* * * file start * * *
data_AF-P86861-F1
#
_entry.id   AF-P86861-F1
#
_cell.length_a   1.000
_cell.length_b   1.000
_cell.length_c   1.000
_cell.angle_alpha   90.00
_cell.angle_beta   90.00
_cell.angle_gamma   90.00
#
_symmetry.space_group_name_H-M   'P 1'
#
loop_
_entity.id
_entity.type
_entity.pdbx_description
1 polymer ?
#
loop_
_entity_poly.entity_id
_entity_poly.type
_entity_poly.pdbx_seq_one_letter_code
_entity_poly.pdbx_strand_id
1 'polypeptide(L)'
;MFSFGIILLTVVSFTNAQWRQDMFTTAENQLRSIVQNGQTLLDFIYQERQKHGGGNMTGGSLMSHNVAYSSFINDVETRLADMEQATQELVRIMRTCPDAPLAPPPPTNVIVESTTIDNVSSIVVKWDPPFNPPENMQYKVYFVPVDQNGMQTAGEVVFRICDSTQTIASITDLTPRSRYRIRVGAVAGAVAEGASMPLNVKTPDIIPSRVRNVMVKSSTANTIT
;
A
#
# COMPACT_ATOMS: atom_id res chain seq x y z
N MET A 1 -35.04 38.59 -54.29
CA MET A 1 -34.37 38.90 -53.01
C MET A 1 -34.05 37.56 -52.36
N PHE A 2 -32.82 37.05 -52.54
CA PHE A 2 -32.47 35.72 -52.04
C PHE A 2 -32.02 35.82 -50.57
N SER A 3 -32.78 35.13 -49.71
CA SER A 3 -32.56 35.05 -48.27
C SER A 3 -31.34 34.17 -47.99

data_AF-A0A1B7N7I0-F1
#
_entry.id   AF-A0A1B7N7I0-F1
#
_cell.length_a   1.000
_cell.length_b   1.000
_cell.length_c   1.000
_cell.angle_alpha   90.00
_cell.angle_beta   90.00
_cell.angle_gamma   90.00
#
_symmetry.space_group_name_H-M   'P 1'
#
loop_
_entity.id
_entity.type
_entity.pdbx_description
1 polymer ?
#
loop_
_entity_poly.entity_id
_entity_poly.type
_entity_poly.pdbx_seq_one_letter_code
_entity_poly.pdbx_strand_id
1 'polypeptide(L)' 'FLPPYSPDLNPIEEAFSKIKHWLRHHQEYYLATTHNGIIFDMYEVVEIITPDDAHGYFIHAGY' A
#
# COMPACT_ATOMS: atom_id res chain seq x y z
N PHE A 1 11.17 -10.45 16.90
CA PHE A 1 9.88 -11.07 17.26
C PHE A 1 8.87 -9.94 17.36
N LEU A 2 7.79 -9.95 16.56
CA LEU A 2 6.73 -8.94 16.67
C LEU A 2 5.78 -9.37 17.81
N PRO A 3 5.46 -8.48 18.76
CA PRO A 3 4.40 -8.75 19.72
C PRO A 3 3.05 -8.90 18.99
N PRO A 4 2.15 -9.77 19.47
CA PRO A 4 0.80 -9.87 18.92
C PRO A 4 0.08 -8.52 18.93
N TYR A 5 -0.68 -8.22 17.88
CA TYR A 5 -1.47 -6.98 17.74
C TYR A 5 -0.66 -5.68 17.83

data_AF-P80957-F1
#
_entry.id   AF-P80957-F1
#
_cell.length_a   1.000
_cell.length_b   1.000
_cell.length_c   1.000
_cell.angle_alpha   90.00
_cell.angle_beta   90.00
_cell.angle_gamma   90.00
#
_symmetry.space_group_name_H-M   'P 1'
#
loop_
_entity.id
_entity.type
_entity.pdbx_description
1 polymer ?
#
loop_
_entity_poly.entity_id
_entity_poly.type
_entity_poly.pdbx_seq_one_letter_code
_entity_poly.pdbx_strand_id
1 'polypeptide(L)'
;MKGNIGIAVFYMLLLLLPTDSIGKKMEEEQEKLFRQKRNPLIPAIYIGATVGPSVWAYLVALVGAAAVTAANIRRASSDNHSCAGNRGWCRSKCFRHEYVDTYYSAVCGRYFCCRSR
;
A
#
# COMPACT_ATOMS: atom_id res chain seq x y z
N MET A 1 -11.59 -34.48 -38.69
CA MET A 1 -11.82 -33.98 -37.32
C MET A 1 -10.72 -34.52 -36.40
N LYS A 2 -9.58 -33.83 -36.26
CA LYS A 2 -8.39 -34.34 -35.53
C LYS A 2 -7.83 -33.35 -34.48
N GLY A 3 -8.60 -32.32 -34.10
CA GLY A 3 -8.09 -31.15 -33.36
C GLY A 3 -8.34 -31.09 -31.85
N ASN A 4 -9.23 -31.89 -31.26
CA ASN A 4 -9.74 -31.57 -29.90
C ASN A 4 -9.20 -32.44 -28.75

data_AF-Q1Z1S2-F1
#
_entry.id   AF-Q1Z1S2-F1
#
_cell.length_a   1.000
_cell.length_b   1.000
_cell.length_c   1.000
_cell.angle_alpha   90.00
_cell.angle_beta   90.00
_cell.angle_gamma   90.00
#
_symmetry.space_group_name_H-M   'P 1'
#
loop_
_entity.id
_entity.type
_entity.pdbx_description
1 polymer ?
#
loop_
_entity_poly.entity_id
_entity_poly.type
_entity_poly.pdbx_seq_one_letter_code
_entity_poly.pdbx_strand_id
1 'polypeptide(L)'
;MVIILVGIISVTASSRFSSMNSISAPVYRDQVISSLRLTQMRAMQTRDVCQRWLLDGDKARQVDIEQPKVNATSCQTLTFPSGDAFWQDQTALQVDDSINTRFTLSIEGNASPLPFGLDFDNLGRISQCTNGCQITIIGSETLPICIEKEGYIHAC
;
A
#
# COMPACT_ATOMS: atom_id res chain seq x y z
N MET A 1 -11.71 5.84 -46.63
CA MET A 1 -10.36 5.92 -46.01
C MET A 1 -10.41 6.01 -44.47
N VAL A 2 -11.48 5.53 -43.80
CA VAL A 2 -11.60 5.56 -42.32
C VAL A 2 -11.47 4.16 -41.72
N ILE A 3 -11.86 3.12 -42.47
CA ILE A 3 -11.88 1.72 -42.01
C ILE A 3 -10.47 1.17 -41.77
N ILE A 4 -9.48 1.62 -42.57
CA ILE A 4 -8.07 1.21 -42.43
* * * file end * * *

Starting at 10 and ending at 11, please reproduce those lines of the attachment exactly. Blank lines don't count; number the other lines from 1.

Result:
_cell.angle_gamma   90.00
#